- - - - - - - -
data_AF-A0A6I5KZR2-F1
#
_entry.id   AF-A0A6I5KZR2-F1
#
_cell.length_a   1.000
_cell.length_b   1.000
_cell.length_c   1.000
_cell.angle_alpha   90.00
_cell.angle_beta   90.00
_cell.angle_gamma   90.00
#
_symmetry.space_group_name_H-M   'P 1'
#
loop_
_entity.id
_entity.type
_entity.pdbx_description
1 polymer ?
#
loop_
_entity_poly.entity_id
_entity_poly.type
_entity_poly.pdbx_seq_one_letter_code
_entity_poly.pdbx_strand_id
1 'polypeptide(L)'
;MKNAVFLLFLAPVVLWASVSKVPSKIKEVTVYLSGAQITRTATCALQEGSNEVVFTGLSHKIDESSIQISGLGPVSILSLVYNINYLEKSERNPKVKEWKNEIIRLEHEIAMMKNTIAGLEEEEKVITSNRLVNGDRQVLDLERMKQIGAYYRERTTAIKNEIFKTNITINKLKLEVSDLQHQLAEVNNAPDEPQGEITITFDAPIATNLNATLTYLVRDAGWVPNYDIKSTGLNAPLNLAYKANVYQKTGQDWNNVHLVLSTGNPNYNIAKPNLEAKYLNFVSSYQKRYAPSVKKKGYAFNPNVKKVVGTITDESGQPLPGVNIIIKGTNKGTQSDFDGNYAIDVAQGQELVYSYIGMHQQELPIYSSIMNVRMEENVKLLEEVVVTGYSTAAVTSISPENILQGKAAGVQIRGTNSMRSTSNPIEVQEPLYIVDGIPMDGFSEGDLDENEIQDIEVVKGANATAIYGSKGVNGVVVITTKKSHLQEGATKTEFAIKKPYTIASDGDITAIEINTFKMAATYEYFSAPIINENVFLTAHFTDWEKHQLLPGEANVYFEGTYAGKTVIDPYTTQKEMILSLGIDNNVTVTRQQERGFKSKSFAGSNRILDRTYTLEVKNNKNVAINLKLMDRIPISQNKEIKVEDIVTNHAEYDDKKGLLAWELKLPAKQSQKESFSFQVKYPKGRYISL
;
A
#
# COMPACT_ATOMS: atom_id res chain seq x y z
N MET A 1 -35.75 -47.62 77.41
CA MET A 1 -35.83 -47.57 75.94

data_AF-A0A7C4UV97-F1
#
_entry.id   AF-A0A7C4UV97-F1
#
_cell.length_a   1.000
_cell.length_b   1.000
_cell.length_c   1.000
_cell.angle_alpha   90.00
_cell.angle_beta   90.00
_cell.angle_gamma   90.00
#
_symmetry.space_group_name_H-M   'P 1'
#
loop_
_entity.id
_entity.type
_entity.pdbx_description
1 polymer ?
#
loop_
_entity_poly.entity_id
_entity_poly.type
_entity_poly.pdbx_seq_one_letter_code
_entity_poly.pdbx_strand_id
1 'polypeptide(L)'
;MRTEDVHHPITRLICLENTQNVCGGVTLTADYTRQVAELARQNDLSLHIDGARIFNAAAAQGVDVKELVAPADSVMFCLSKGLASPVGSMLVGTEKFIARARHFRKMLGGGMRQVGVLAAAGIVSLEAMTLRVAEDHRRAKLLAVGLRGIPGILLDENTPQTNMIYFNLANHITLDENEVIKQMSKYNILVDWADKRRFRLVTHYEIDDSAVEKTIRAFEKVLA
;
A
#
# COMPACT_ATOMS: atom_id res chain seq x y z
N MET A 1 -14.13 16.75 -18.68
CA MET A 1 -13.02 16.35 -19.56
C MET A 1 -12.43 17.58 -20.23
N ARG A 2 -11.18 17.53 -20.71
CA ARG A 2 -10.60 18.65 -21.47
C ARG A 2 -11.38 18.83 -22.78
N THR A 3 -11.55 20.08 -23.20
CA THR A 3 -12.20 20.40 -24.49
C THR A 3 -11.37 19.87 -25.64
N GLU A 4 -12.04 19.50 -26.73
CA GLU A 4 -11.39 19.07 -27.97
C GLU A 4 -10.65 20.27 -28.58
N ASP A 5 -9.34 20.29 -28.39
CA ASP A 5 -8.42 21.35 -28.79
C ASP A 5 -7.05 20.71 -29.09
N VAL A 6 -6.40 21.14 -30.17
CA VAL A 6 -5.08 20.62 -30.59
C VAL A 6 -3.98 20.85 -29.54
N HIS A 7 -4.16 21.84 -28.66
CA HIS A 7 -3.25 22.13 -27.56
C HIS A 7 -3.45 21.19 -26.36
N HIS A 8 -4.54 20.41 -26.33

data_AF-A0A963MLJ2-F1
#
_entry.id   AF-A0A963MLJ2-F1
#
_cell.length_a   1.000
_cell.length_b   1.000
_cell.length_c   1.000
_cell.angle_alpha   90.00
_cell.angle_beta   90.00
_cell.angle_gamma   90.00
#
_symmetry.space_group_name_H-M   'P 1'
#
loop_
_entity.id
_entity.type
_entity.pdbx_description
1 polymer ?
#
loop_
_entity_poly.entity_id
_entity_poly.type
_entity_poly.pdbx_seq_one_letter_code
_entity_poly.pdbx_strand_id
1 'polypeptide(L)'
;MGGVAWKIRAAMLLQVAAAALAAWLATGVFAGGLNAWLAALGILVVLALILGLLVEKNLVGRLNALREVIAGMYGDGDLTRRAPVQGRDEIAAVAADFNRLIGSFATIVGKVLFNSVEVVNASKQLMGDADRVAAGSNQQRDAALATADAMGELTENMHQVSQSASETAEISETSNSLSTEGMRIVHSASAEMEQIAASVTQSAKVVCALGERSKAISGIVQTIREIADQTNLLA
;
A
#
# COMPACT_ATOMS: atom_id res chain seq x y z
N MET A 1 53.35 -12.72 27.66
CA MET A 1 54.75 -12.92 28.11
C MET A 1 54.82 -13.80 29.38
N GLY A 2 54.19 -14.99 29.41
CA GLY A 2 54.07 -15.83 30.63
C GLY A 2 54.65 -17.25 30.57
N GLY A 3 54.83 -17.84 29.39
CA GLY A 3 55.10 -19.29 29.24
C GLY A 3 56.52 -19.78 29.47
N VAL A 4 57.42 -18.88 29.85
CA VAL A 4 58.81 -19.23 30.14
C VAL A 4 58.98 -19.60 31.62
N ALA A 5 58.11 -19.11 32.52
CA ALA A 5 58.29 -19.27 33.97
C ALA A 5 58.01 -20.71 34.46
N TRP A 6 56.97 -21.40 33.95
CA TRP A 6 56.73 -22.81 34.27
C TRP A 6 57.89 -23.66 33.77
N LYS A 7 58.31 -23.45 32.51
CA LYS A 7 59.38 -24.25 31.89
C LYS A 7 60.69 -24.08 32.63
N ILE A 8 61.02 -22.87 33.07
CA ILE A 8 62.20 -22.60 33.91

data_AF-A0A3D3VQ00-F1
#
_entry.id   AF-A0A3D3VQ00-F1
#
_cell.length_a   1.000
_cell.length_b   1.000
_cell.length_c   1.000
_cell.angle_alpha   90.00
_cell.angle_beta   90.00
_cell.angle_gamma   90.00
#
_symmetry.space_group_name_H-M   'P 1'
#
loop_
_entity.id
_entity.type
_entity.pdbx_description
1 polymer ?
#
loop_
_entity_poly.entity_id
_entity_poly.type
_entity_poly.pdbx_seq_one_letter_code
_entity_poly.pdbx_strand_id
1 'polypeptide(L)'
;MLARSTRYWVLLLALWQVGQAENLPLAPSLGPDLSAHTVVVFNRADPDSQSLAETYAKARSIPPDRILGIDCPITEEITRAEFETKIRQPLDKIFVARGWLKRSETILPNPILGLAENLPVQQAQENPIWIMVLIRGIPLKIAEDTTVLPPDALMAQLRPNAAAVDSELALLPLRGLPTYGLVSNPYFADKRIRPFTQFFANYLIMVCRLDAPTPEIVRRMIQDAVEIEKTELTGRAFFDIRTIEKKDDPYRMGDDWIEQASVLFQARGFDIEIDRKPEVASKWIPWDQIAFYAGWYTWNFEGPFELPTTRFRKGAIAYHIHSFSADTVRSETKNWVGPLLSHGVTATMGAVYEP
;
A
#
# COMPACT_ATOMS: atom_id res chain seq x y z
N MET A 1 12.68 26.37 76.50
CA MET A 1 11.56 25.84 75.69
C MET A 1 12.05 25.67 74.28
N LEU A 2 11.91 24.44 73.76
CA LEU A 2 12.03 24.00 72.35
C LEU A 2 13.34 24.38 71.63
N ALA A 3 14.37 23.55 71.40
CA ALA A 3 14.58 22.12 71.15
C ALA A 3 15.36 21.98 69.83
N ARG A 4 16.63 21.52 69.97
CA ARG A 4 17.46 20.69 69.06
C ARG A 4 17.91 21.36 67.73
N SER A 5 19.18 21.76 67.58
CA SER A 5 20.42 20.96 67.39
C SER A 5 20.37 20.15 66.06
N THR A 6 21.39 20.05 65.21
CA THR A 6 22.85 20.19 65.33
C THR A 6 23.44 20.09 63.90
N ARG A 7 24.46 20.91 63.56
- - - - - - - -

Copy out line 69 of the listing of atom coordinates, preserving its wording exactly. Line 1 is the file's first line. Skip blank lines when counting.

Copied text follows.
N THR A 3 -11.55 20.08 -23.20